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The Average Cost of a Wedding Now Equals a New Sedan -- Here's a Breakdown of Costs

If you're planning to get married soon, be aware that this article may make you seriously consider eloping (drive-thru wedding in Las Vegas?) or just doing it the old-fashioned way: at city hall. Why? Having a wedding now costs nearly $28,000, on average, in the United States.

wedding costs

The average U.S. wedding costs nearly $28,000 (and that's without an engagement ring and honeymoon).

Moreover, gone are the days when you could expect the bride's parents to foot the bill. Just 30 percent of brides' parents pay for the entire wedding these days, according to a 2006 study by the Condé Nast Bridal Group. Instead, about 32 percent of couples pay for their own big day (and a fortunate 15 percent get help from both sets of parents).

Perhaps compelled at least in part by huge celebrity weddings broadcast all over the media, wedding spending has increased by 20 percent just since 2002. And brides are spending 100 percent more than they did 15 years ago.

When all is said and done, 36 percent of couples said they ended up spending more than they had planned.

The $28,000 Wedding: Where Does the Money Go?

When you begin to break down the average costs of a typical American wedding, it's easy to see how things add up fast. According to, here is how much average wedding "necessities" cost:

wedding costs

A top-notch wedding cake can cost you up to $15 ... per slice.

  • Wedding Attire: $2,606

  • Wedding Ceremony: $2,525

  • Wedding Favors & Gifts: $1,121

  • Wedding Flowers: $1,969

  • Wedding Jewelry: $2,066

  • Wedding Music: $953

  • Wedding Photography & Video: $3,688

  • Wedding Reception: $14,169

  • Wedding Stationery: $847

  • Wedding Transportation: $410

Breaking it down even further, brides spent an average of $1,056 on a wedding dress in 2006, according to Condé Nast. As for a wedding cake, you can expect to pay up to $15 per slice, or anywhere from $350 to $1,500 for the whole cake.

Should You Get Wedding Insurance?

With weddings costing a literal small fortune, some couples are opting for a relatively new, but growing, failsafe: wedding insurance. It works like this: couples pay premiums that range anywhere from $95 to over $1,000, and can expect to be reimbursed for some of the following "unthinkables" and mishaps:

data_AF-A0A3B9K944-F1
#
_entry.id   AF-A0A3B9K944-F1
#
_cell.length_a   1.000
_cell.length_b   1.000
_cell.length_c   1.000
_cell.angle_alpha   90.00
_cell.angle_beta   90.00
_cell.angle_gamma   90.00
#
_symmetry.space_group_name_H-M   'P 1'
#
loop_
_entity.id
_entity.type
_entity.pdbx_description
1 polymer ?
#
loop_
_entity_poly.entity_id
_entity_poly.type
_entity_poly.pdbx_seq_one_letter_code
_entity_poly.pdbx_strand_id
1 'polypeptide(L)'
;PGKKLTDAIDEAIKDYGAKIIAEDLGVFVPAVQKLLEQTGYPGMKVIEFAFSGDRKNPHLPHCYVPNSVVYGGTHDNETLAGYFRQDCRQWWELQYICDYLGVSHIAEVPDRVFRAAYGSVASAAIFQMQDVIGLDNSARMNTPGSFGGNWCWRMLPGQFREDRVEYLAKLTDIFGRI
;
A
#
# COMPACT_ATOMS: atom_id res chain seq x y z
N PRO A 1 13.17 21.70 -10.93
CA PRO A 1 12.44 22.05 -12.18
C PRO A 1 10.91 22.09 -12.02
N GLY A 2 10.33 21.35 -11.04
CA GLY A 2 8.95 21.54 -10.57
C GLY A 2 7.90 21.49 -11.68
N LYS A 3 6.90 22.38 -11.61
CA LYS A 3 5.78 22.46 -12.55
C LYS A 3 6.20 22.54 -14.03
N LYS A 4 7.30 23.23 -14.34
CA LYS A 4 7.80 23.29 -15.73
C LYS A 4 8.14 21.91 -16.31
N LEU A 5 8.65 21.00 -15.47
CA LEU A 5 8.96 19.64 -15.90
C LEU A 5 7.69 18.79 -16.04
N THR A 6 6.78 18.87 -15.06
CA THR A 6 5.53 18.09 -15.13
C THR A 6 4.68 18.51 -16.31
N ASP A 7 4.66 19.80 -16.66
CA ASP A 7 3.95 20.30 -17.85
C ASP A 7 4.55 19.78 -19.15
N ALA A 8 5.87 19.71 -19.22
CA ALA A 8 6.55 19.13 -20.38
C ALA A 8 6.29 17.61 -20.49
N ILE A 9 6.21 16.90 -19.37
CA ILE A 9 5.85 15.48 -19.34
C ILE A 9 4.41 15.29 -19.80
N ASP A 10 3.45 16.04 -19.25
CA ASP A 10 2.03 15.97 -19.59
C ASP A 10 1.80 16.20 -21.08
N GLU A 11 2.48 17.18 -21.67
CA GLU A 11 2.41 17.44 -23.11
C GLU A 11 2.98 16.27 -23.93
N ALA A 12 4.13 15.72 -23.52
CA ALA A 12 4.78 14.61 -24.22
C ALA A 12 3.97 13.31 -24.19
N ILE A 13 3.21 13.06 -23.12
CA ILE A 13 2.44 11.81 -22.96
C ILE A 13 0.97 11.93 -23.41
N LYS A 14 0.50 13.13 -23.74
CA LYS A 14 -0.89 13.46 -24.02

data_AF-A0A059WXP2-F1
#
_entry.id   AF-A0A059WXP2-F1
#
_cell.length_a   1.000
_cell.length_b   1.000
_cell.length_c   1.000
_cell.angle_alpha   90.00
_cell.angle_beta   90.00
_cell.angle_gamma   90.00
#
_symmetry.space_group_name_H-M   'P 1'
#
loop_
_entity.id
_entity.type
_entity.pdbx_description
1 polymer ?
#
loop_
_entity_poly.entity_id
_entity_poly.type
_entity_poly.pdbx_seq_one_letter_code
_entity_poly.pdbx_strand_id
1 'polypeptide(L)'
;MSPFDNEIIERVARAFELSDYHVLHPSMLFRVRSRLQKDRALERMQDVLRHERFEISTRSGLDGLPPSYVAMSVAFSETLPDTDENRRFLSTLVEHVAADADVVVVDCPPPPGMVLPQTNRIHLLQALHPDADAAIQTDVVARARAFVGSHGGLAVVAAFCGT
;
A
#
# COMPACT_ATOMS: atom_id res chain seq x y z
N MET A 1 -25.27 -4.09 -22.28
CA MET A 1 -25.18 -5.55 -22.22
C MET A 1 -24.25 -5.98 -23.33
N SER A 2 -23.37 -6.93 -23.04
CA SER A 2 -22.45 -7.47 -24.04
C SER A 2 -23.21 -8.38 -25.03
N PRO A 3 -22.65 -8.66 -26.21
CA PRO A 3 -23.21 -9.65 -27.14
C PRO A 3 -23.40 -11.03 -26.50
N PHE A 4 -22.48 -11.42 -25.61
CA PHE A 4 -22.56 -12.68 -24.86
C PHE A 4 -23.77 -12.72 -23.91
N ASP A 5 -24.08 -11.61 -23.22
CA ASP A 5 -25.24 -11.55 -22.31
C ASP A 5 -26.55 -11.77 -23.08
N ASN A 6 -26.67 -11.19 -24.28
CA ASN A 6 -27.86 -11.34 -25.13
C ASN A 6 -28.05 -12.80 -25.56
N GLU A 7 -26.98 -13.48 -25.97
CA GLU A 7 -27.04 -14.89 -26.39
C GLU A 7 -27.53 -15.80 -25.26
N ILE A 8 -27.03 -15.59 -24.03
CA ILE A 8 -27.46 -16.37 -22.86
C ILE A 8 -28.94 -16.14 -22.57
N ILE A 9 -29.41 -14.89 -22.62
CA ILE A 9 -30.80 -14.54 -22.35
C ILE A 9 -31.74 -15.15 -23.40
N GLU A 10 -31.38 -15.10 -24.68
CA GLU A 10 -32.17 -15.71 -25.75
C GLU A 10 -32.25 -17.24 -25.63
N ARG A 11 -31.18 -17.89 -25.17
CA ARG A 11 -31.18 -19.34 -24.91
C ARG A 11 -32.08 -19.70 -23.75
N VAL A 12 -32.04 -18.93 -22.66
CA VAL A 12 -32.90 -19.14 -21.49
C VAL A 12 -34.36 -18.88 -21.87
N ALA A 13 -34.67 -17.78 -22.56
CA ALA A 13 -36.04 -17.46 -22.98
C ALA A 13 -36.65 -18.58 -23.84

• Death or illness: If the bride, groom or close family member becomes ill and the wedding must be cancelled, the insurance will cover non-refundable deposits, etc. (Pre-existing medical conditions that cause an event to be postponed are often NOT covered.)

  • Second thoughts: Some plans will even cover your costs if the bride or groom has a change of heart, and the person who's paying is not at fault (but be aware that many plans exclude this).

  • Damaged formalwear or wedding gifts: Covers lost or damaged wedding gowns, tuxedos, wedding gifts, etc.

  • Bankruptcies: If your caterer or DJ goes out of business after you've made a deposit, the insurance will reimburse you.

  • Photography: If your photos don't turn out, are lost, or are stolen, some policies will cover the cost of reassembling your wedding party to retake the photos (or videos).

  • Liability: Protect yourself if one of your guests is injured at your reception (some wedding halls also include coverage for this with your reservation).

Planning, and paying for, a wedding can seem like an overwhelming feat, but remember that what's truly important is not the size of your cake or the flowers on the tables. Make a budget that you can afford, stick to it by cutting costs where you can, and after the big day has passed you'll be able to look back on it fondly -- without having to worry about how to pay it off!

Recommended Reading

What You Really Need to Know About Your Partner Before You Commit

How To Treat YOURSELF with Compassion in a Difficult or Failing Romantic Relationship


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